Effect of the Incretin Hormones on the Endocrine Pancreas in End-Stage Renal Disease
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Context: The insulin-stimulating and glucagon-regulating effects of the 2 incretin hormones, glucagon-like peptide 1 (GLP-1) and glucose-dependent insulinotropic polypeptide (GIP), contribute to maintain normal glucose homeostasis. Impaired glucose tolerance occurs with high prevalence among patients with end-stage renal disease (ESRD). Objective: To evaluate the effect of the incretin hormones on endocrine pancreatic function in patients with ESRD. Design and Setting: Twelve ESRD patients on chronic hemodialysis and 12 matched healthy controls, all with normal oral glucose tolerance test, were included. On 3 separate days, a 2-hour euglycemic clamp followed by a 2-hour hyperglycemic clamp (3 mM above fasting level) was performed with concomitant infusion of GLP-1 (1 pmol/kg/min), GIP (2 pmol/kg/min), or saline administered in a randomized, double-blinded fashion. A 30% lower infusion rate was used in the ESRD group to obtain comparable incretin hormone plasma levels. Results: During clamps, comparable plasma glucose and intact incretin hormone concentrations were achieved. The effect of GLP-1 to increase insulin concentrations relative to placebo levels tended to be lower during euglycemia in ESRD and was significantly reduced during hyperglycemia (50 [8-72]%, P = 0.03). Similarly, the effect of GIP relative to placebo levels tended to be lower during euglycemia in ESRD and was significantly reduced during hyperglycemia (34 [13-50]%, P = 0.005). Glucagon was suppressed in both groups, with controls reaching lower concentrations than ESRD patients. Conclusions: The effect of incretin hormones to increase insulin release is reduced in ESRD, which, together with elevated glucagon levels, could contribute to the high prevalence of impaired glucose tolerance among ESRD patients.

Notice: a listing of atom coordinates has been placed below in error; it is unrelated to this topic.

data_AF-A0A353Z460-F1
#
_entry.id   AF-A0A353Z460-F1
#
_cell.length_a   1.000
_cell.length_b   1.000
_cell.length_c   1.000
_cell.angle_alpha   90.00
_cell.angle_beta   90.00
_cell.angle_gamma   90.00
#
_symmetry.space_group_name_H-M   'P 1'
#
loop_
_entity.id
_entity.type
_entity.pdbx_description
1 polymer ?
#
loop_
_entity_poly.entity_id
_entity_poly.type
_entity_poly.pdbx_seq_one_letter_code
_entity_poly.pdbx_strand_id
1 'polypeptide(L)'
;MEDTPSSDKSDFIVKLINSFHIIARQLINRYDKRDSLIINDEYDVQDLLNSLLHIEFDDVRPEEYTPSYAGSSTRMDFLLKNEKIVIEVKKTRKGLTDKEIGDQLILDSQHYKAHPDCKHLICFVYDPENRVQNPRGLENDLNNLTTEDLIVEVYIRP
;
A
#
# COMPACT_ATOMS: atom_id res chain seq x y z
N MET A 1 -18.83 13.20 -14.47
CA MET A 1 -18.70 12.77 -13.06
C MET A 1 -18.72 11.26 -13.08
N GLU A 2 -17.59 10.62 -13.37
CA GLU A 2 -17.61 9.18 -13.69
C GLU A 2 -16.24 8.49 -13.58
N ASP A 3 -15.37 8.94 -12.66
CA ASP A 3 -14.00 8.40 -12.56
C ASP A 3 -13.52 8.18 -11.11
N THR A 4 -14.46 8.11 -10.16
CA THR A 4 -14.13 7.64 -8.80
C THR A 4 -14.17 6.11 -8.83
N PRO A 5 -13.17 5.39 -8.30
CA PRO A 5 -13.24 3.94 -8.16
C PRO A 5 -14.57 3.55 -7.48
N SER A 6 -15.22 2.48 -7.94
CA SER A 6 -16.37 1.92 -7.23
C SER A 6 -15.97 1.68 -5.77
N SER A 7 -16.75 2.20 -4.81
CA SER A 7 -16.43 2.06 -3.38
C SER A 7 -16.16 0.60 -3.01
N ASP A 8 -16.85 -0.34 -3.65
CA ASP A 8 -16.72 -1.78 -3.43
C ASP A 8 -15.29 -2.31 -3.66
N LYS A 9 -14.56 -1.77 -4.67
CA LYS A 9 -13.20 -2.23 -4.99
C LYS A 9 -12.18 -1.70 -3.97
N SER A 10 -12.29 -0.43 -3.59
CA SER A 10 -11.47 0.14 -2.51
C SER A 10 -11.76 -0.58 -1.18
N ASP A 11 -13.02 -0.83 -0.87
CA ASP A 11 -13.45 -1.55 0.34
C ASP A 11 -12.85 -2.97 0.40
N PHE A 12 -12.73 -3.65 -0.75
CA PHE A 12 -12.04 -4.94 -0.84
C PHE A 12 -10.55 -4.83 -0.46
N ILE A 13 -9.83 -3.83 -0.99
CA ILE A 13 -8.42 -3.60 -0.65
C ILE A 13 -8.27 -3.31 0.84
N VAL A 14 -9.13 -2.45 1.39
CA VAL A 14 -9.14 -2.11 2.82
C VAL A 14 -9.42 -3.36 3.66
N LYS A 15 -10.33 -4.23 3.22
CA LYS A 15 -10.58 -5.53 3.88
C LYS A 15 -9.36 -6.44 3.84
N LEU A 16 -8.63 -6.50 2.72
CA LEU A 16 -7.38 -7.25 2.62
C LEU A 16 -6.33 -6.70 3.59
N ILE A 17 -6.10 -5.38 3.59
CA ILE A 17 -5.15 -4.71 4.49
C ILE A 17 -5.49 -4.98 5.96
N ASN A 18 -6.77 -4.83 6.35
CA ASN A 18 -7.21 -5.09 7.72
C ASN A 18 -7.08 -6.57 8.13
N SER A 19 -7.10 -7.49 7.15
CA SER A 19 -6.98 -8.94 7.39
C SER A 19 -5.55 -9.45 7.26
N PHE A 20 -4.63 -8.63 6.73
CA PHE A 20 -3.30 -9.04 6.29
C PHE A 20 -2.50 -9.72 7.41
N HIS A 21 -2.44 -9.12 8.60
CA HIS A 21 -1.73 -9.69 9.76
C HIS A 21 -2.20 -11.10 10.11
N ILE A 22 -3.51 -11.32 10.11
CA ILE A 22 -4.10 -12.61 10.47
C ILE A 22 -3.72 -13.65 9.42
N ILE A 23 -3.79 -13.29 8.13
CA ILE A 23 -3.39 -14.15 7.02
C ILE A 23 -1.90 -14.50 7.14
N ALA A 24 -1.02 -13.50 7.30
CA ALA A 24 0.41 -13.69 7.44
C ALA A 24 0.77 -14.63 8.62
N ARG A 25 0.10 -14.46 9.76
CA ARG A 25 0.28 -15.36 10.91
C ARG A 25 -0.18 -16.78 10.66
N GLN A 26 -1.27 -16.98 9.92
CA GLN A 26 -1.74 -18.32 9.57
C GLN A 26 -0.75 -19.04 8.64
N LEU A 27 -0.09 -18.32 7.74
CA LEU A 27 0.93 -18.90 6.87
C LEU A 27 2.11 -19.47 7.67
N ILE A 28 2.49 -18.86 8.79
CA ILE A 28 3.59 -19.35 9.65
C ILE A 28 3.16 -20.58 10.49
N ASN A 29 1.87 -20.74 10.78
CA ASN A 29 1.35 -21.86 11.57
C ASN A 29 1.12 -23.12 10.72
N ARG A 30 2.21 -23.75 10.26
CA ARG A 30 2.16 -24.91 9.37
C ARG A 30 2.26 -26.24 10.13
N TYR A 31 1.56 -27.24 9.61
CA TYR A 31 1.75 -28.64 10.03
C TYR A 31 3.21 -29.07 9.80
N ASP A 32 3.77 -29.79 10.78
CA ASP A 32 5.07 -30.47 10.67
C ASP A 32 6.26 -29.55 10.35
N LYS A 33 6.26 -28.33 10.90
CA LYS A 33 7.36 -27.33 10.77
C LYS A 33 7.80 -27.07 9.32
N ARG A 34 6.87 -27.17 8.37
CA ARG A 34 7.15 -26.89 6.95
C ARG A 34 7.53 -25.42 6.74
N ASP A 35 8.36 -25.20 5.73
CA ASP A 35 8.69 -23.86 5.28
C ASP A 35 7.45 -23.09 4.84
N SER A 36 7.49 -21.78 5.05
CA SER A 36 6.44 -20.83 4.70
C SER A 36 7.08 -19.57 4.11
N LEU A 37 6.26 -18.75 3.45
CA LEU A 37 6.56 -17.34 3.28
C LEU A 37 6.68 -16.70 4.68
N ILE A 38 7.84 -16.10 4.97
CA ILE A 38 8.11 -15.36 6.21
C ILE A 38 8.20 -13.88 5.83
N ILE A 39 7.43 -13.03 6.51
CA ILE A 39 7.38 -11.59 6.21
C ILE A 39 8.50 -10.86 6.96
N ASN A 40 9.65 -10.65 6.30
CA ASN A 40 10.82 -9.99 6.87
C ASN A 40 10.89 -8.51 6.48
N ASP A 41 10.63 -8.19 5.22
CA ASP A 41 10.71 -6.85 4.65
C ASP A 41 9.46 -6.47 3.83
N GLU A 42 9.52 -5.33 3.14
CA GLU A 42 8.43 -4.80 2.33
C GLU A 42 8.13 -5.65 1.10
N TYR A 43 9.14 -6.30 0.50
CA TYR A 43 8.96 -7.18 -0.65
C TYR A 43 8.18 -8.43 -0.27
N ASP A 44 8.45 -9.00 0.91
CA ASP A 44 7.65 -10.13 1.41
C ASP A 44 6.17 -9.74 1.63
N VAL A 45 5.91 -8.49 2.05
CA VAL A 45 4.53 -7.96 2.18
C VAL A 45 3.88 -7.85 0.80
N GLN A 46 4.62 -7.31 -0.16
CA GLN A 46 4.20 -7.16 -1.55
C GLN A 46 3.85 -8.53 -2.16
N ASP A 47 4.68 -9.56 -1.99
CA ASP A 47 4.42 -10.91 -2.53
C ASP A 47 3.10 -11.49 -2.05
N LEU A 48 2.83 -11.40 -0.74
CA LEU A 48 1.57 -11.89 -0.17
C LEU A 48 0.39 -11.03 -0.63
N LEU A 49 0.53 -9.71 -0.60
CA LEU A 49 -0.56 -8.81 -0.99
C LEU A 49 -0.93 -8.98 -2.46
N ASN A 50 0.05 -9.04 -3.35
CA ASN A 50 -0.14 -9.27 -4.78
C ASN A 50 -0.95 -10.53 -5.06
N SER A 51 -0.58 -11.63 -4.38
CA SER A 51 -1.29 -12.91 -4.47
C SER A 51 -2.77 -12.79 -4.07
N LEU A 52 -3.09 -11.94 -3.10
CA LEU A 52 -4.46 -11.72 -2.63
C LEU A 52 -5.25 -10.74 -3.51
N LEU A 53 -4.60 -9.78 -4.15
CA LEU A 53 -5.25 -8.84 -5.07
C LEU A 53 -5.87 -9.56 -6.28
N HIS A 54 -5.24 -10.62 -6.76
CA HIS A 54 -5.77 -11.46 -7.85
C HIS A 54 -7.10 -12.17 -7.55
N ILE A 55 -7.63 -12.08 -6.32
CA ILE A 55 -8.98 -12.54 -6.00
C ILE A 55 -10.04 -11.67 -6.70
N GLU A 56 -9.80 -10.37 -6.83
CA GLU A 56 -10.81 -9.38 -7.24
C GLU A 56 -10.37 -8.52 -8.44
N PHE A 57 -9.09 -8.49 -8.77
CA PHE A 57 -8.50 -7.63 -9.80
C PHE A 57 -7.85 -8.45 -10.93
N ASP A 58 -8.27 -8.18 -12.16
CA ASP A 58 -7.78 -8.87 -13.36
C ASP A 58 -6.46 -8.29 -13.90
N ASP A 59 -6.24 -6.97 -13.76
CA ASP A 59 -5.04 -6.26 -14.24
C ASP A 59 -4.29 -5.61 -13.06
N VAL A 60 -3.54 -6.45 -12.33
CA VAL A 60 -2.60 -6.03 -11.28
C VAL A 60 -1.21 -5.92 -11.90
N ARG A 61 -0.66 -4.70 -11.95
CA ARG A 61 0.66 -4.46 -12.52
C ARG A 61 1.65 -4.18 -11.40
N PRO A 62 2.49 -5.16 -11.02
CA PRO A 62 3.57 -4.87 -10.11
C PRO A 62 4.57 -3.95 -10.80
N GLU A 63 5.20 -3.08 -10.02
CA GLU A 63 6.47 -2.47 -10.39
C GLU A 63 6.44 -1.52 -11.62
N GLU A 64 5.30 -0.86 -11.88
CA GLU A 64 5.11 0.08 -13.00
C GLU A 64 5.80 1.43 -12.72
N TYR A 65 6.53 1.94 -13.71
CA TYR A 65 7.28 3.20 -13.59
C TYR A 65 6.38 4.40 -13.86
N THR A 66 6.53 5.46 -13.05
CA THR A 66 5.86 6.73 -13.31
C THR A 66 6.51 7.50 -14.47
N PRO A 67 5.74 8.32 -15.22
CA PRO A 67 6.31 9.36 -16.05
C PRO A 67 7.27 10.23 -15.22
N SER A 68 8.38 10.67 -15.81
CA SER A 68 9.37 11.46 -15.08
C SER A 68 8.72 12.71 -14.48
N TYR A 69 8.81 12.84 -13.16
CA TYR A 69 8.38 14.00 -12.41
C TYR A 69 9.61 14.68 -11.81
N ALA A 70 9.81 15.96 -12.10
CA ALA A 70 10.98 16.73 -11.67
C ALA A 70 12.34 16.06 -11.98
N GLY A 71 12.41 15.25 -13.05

|Journal||Journal of Clinical Endocrinology and Metabolism|
|Publication status||Published - Jan 2020|